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SINCE 1964, THE NEWS WHILE THERE'S STILL TIME TO DO SOMETHING ABOUT IT

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FOOD UNDERNEWS

Appeals court okays labelling meat by country of origin

States that best support local food

The rise of vertical farming

French government bans GMO corn

Ecowatch - France’s agriculture ministry temporarily banned the sale, use and cultivation of Monsanto’s MON 810 genetically engineered corn—the only variety that had been authorized in the European Union. Genetically engineered corn is facing fierce resistant from both French environmentalists and country officials.

The French government, which argues GE crops present environmental risks, kept pushing to institute the new ban even after the country’s highest court struck down similar measures in the past, according to Reuters.

“France’s reinstatement of its previous ban of Monsanto’s controversial genetically engineered crop … is another encouraging sign that the biotech industry’s iron grip on foreign government’s is slipping and that resistance to these flawed products is continuing to take hold,” said Dave Murphy, founder and executive director of Food Democracy Now.

The decision was strategically timed to block the seasonal planting of Monsanto’s corn by French farmers before a draft law is debated on April 10, which is aimed at banning the cultivation of foods made with genetically modified organisms (GMOs).

Kale konspiracy spreads with gentrification to New Orleans

Al Jazeera - A New York Times article called “Experiencing New Orleans With Fresh Eyes and Ears,” published earlier this month, wasn’t so different from many articles in the paper’s travel section: it delved into the culture of a city, surveying the newest and hippest in dining, art and music.

But by touching on some particularly thorny issues currently causing tension within the city — namely gentrification and the vegetable most associated with it — the piece poured salt on fresh cultural wounds, inspiring a backlash.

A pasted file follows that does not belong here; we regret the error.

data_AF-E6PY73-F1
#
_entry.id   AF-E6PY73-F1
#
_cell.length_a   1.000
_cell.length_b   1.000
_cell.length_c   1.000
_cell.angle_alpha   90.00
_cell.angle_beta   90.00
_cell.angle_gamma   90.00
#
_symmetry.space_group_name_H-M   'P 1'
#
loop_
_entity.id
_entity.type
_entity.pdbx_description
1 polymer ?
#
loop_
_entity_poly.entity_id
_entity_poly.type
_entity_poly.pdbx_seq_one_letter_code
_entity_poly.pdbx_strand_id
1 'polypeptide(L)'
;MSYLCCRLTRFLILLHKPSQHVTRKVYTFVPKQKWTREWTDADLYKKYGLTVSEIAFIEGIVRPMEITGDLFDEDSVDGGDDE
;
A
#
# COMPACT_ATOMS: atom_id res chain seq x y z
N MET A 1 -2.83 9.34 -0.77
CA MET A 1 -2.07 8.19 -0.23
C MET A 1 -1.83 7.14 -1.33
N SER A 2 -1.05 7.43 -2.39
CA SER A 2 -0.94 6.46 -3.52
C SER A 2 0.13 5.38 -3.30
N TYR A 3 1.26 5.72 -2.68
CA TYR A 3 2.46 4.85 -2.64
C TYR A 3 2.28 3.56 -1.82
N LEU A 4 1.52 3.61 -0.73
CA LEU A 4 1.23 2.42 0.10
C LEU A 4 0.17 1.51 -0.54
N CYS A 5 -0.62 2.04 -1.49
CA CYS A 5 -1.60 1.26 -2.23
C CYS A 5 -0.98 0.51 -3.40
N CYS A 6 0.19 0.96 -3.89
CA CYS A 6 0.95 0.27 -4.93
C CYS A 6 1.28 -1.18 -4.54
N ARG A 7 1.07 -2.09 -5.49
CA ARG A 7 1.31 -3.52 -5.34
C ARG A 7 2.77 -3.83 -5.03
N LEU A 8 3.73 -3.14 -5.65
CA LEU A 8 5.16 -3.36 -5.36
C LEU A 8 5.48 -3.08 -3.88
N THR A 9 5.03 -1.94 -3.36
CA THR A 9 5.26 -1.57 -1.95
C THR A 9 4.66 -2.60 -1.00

“I read the article before I went to bed,” said Cassi Dymond, owner of Satsuma Cafe, which was mentioned by the newspaper. “That was a mistake. It made me clench my fists.”

The story, which surveyed how recently arrived “creative types” are adapting to the city’s peculiarities, inevitably aroused anger among many residents over the rapid change taking place in New Orleans. But there was one choice line that seemed especially designed to provoke debate about a hot-button issue of gentrification.

“New Orleans is not cosmopolitan,” said one actress quoted in the Times piece. “There’s no kale here.”

The quote has so far inspired no fewer than five op-eds, several think pieces and take-downs on various local blogs, hundreds of tweets and Instagram photos tagged with #KaleGate, and even a tongue-in-cheek plan for novelty kale-flavored beer (it’s not clear if the beer was actually ever made).

But beyond the online fervor, New Orleans residents say there are real reasons the article made them feel so indignant. They say their anger isn’t so much about the kale line, or even the article as a whole, but about a pervasive sense that the power to define New Orleans increasingly lies out of the reach of native New Orleanians.

They say that with each new transplant to the city, and each new article about the city’s hipness, its true identity and real issues are swept under the rug in favor of talk of what Loyola University professor C.W. Cannon calls “New Orleans exceptionalism” — the idea that New Orleans is somehow more mystical and primitive than the rest of the U.S.

Cannon and others said the city has a long history of being misperceived as simultaneously an uncultured wasteland and a paradise for creative types who can exploit its sense of otherness for their own gain.

In the process of defining New Orleans from this outsider perspective, New Orleanians say what’s often ignored are serious social problems in the city: that it’s increasingly divided between old and new, between rich and poor, and between those who have access to things like freshly grown vegetables (including kale) and those who don’t.